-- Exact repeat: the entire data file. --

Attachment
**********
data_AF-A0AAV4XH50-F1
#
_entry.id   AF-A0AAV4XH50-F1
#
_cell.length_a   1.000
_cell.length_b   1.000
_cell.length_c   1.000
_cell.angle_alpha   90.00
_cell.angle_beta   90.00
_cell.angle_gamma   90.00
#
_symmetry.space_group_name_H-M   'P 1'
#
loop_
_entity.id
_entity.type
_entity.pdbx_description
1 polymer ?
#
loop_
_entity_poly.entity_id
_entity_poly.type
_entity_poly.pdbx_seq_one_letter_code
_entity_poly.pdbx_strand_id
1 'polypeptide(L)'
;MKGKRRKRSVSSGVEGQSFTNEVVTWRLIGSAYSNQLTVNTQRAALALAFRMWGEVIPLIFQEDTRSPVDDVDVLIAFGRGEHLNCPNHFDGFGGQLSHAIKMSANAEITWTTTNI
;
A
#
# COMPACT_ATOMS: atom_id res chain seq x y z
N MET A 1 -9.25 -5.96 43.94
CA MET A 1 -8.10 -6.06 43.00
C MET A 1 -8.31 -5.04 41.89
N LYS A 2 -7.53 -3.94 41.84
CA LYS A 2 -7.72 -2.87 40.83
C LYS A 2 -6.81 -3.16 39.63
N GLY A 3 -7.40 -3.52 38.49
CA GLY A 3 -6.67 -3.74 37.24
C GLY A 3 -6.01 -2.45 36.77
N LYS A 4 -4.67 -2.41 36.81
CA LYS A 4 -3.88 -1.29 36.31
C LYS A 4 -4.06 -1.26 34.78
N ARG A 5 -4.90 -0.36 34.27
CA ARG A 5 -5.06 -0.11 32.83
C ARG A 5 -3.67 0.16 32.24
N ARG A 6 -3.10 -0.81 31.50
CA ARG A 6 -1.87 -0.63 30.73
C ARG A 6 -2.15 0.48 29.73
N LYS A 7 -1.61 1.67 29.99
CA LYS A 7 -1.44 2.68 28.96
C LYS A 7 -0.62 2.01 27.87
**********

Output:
data_AF-A0AAV4XH50-F1
#
_entry.id   AF-A0AAV4XH50-F1
#
_cell.length_a   1.000
_cell.length_b   1.000
_cell.length_c   1.000
_cell.angle_alpha   90.00
_cell.angle_beta   90.00
_cell.angle_gamma   90.00
#
_symmetry.space_group_name_H-M   'P 1'
#
loop_
_entity.id
_entity.type
_entity.pdbx_description
1 polymer ?
#
loop_
_entity_poly.entity_id
_entity_poly.type
_entity_poly.pdbx_seq_one_letter_code
_entity_poly.pdbx_strand_id
1 'polypeptide(L)'
;MKGKRRKRSVSSGVEGQSFTNEVVTWRLIGSAYSNQLTVNTQRAALALAFRMWGEVIPLIFQEDTRSPVDDVDVLIAFGRGEHLNCPNHFDGFGGQLSHAIKMSANAEITWTTTNI
;
A
#
# COMPACT_ATOMS: atom_id res chain seq x y z
N MET A 1 -9.25 -5.96 43.94
CA MET A 1 -8.10 -6.06 43.00
C MET A 1 -8.31 -5.04 41.89
N LYS A 2 -7.53 -3.94 41.84
CA LYS A 2 -7.72 -2.87 40.83
C LYS A 2 -6.81 -3.16 39.63
N GLY A 3 -7.40 -3.52 38.49
CA GLY A 3 -6.67 -3.74 37.24
C GLY A 3 -6.01 -2.45 36.77
N LYS A 4 -4.67 -2.41 36.81
CA LYS A 4 -3.88 -1.29 36.31
C LYS A 4 -4.06 -1.26 34.78
N ARG A 5 -4.90 -0.36 34.27
CA ARG A 5 -5.06 -0.11 32.83
C ARG A 5 -3.67 0.16 32.24
N ARG A 6 -3.10 -0.81 31.50
CA ARG A 6 -1.87 -0.63 30.73
C ARG A 6 -2.15 0.48 29.73
N LYS A 7 -1.61 1.67 29.99
CA LYS A 7 -1.44 2.68 28.96
C LYS A 7 -0.62 2.01 27.87